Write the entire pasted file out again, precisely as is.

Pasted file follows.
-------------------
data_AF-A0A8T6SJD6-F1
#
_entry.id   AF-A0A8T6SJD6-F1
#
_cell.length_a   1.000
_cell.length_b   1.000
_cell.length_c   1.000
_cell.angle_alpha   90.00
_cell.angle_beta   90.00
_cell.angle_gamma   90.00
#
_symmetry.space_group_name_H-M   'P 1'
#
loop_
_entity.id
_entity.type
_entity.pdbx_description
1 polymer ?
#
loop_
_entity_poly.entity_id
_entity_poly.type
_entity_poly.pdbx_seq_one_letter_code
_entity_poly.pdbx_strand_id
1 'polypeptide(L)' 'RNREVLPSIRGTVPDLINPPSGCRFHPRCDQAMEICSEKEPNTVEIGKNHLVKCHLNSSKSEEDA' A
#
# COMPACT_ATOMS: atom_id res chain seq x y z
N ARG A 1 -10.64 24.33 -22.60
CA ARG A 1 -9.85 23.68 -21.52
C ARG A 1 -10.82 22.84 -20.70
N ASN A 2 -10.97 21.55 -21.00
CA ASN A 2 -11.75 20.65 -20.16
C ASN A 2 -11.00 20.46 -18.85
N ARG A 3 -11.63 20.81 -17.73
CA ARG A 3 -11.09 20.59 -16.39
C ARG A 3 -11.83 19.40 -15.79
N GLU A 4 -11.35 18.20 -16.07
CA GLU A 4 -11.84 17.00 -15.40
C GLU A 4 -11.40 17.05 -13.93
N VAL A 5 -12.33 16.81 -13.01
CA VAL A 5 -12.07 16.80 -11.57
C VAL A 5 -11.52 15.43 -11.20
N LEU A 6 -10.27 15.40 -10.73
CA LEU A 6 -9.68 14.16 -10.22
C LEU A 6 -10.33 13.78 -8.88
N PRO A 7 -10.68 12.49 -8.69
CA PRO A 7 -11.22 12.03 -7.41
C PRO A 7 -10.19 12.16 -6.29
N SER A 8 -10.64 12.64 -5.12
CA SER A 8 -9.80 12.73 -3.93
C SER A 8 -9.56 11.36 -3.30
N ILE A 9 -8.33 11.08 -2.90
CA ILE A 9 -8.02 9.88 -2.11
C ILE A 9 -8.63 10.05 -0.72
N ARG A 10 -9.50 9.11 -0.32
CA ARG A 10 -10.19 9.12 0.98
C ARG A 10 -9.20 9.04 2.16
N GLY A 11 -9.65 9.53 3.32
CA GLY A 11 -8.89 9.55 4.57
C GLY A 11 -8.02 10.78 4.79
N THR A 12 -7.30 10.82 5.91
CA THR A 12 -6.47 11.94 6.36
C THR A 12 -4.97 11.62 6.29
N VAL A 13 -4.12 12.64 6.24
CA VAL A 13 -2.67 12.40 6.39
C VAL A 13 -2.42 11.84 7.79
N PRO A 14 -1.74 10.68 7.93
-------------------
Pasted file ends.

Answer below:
data_AF-A0A8T6SJD6-F1
#
_entry.id   AF-A0A8T6SJD6-F1
#
_cell.length_a   1.000
_cell.length_b   1.000
_cell.length_c   1.000
_cell.angle_alpha   90.00
_cell.angle_beta   90.00
_cell.angle_gamma   90.00
#
_symmetry.space_group_name_H-M   'P 1'
#
loop_
_entity.id
_entity.type
_entity.pdbx_description
1 polymer ?
#
loop_
_entity_poly.entity_id
_entity_poly.type
_entity_poly.pdbx_seq_one_letter_code
_entity_poly.pdbx_strand_id
1 'polypeptide(L)' 'RNREVLPSIRGTVPDLINPPSGCRFHPRCDQAMEICSEKEPNTVEIGKNHLVKCHLNSSKSEEDA' A
#
# COMPACT_ATOMS: atom_id res chain seq x y z
N ARG A 1 -10.64 24.33 -22.60
CA ARG A 1 -9.85 23.68 -21.52
C ARG A 1 -10.82 22.84 -20.70
N ASN A 2 -10.97 21.55 -21.00
CA ASN A 2 -11.75 20.65 -20.16
C ASN A 2 -11.00 20.46 -18.85
N ARG A 3 -11.63 20.81 -17.73
CA ARG A 3 -11.09 20.59 -16.39
C ARG A 3 -11.83 19.40 -15.79
N GLU A 4 -11.35 18.20 -16.07
CA GLU A 4 -11.84 17.00 -15.40
C GLU A 4 -11.40 17.05 -13.93
N VAL A 5 -12.33 16.81 -13.01
CA VAL A 5 -12.07 16.80 -11.57
C VAL A 5 -11.52 15.43 -11.20
N LEU A 6 -10.27 15.40 -10.73
CA LEU A 6 -9.68 14.16 -10.22
C LEU A 6 -10.33 13.78 -8.88
N PRO A 7 -10.68 12.49 -8.69
CA PRO A 7 -11.22 12.03 -7.41
C PRO A 7 -10.19 12.16 -6.29
N SER A 8 -10.64 12.64 -5.12
CA SER A 8 -9.80 12.73 -3.93
C SER A 8 -9.56 11.36 -3.30
N ILE A 9 -8.33 11.08 -2.90
CA ILE A 9 -8.02 9.88 -2.11
C ILE A 9 -8.63 10.05 -0.72
N ARG A 10 -9.50 9.11 -0.32
CA ARG A 10 -10.19 9.12 0.98
C ARG A 10 -9.20 9.04 2.16
N GLY A 11 -9.65 9.53 3.32
CA GLY A 11 -8.89 9.55 4.57
C GLY A 11 -8.02 10.78 4.79
N THR A 12 -7.30 10.82 5.91
CA THR A 12 -6.47 11.94 6.36
C THR A 12 -4.97 11.62 6.29
N VAL A 13 -4.12 12.64 6.24
CA VAL A 13 -2.67 12.40 6.39
C VAL A 13 -2.42 11.84 7.79
N PRO A 14 -1.74 10.68 7.93